GROTON -- In a special session Monday, selectmen met with two finalists chosen by a search committee as they seek a replacement for retiring Fire Chief Joseph Bosselait.

Inviting the two in separately, selectmen questioned each extensively covering a number of subjects, including sensitive issues that have arisen in the media.

Members were notified of the identities of the finalists by Town Manager Mark Haddad in a previous meeting where they learned that Steele McCurdy, deputy chief for Littleton; and Robert Hart, deputy chief for Acton, had been chosen from more than two dozen candidates.

The search process began with the development of a departmental profile, followed by advertisements in local media outlets, which resulted in 25 applications.

At that point, a formal search committee was established to review the candidates which were cut down to five and interviews conducted. That number was then reduced to three and then to McCurdy and Hart.

McCurdy was first to be interviewed and told selectmen one of his strengths was in "working with stakeholders" and having a "well-rounded skill set."

He says those are qualities that could come in handy if he were chosen in light of recent friction between full-time firemen and volunteers, a relationship selectmen were quick to ask the candidate about.

"I'm someone who can listen and build a consensus," said McCurdy of his confidence in working out any differences between each side.


Hart said he "played well in the sandbox" and possessed the "people skills" necessary to smooth over any problems between departmental employees.

People skills were one of his main strengths, said Hart. He could empathize with a cross section of people due to his experience in the private sector, and as a fireman.

"I believe that my 20 years of experience on the Fire Department and the carpentry business gives me skills the average person doesn't have," says Hart. "I understand the work ethic and I understand people."

Hart believed he had the ability to empathize and bring conflicting sides to common ground and inspire subordinates to do better.

Hart called himself a "team player" and likened himself to a coach who could get the most out of his players.

"But the fire chief cannot stand above it all," Hart said of questions dealing with a "strong chief" versus a "weak chief. "He needs the resources of the town."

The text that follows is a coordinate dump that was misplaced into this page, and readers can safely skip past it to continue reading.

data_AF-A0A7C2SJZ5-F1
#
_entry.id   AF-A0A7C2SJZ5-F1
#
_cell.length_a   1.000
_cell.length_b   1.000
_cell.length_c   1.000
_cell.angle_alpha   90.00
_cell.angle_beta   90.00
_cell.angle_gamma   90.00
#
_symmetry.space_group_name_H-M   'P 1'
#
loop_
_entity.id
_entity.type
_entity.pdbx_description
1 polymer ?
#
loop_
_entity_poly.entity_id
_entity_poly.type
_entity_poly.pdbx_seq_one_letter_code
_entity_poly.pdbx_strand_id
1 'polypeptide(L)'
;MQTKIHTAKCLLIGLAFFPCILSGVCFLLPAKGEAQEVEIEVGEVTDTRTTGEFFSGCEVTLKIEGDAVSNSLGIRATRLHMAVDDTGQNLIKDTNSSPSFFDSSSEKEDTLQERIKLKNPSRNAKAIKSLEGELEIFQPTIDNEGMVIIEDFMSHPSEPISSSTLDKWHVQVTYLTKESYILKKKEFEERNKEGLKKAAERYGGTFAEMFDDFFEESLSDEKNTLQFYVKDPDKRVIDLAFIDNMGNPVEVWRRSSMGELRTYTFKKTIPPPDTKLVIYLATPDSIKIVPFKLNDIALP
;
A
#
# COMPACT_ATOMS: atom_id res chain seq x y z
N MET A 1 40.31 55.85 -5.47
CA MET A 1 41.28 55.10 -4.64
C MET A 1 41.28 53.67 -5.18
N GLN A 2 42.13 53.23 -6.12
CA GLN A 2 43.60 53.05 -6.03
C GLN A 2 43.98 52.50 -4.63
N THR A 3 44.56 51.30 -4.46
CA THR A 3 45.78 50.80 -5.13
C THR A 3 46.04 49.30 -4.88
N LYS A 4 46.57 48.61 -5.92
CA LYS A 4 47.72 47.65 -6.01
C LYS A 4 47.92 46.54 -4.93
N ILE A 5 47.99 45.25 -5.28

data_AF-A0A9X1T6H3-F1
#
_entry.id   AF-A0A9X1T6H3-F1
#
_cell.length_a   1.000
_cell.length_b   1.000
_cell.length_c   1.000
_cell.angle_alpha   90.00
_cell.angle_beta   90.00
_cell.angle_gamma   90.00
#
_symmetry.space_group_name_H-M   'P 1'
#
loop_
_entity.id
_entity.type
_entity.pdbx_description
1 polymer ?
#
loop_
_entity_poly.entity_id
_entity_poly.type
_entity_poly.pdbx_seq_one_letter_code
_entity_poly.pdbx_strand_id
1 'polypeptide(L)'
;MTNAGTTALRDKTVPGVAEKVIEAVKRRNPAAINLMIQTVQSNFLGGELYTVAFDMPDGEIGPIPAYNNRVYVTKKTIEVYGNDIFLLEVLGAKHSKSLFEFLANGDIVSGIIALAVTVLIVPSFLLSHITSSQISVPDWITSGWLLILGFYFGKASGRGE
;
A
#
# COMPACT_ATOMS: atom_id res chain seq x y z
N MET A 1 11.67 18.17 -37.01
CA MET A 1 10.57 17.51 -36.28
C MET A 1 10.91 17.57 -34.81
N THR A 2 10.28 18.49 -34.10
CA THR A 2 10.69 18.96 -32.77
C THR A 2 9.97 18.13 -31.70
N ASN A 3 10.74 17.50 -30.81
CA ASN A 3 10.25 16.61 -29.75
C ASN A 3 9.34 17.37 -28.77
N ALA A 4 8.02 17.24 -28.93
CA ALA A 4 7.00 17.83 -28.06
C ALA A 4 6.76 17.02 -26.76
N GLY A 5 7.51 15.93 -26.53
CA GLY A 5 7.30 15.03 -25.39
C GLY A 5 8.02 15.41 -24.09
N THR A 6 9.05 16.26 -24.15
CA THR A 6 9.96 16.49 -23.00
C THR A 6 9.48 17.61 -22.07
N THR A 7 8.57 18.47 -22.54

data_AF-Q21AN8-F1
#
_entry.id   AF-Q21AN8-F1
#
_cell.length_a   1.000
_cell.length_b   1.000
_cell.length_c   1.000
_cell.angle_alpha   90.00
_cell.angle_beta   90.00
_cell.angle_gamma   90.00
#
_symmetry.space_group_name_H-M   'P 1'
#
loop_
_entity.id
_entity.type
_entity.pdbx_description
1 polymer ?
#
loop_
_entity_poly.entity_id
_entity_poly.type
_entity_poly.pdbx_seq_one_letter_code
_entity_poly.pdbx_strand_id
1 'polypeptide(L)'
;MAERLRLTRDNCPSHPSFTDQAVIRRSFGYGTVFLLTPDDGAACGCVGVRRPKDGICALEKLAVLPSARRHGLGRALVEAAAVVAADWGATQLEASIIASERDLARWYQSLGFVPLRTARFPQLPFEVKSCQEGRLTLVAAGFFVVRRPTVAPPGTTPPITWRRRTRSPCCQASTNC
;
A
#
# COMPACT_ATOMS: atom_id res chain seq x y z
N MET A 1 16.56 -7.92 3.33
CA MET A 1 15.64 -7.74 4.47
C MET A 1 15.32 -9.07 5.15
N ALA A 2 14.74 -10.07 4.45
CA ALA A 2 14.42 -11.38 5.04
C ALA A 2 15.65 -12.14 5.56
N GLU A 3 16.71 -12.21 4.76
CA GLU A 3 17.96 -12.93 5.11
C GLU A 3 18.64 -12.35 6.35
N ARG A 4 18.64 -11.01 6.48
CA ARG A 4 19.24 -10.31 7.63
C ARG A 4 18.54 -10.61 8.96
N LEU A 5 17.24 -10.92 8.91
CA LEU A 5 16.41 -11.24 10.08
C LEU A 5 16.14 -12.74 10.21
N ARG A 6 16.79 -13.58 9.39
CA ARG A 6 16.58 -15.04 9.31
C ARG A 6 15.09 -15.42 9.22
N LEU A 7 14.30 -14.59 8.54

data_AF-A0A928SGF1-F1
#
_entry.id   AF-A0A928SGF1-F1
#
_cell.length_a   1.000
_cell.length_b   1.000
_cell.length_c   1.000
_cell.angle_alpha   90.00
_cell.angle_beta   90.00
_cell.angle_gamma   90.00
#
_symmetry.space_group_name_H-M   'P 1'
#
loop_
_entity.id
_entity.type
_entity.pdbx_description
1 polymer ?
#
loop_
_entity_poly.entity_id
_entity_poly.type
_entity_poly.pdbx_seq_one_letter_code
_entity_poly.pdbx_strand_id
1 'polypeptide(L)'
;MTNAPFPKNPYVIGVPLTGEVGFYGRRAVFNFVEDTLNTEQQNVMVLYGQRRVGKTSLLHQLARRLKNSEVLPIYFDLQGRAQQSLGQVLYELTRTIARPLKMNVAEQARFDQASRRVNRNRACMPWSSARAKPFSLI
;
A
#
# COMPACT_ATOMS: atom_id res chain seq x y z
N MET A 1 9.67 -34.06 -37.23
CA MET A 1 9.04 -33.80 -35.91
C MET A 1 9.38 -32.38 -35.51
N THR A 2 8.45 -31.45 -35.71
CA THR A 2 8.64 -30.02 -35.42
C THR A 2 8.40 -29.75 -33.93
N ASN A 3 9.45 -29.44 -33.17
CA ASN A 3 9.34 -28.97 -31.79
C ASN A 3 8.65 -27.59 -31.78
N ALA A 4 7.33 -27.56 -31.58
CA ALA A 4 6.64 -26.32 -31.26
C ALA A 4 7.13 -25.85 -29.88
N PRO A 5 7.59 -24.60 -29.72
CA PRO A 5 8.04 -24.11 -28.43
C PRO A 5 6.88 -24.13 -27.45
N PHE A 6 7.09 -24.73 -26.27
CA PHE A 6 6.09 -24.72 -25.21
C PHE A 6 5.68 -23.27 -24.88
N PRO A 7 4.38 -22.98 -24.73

McCurdy said his experience in Littleton had given him a "well-rounded skill set" and a management style that involved the inclusion of everyone on his team in the decision-making process.

McCurdy also that with a growing town like Groton and its steady increase in emergency calls, it was likely that down the road, the Fire Department would become a full-time organization.

That could not be ignored, he said, and any future fire chief should plan for the long term.

McCurdy reassured selectmen there was still "plenty of life left in that (call-firefighter) model."

Other issues touched upon by selectmen included how to make sure officers met expected standards of behavior and performance, the handling of personnel, transportation through town and protection from hazardous materials, forest fires, the recruitment of call firefighters, dealing with unions, budget formulation and capital planning.

With the conclusion of the interviews, candidates were expected to take part in an exhaustive evaluation program to be played out the following day.

The program, conducted by the MMA Consulting Group, is intended to test the candidates and evaluate their leadership, supervisory, administrative, and management skills.

McCurdy and Hart are to take part in a series of exercises and will then be judged based on such criteria as communication skills, decision-making, reasoning, problem analysis, technical competence, strategic planning, negotiating, human relations and counseling.

Whoever is chosen by selectmen will replace Bosselait, who has been on the job for 14 years and is due to retire June 30.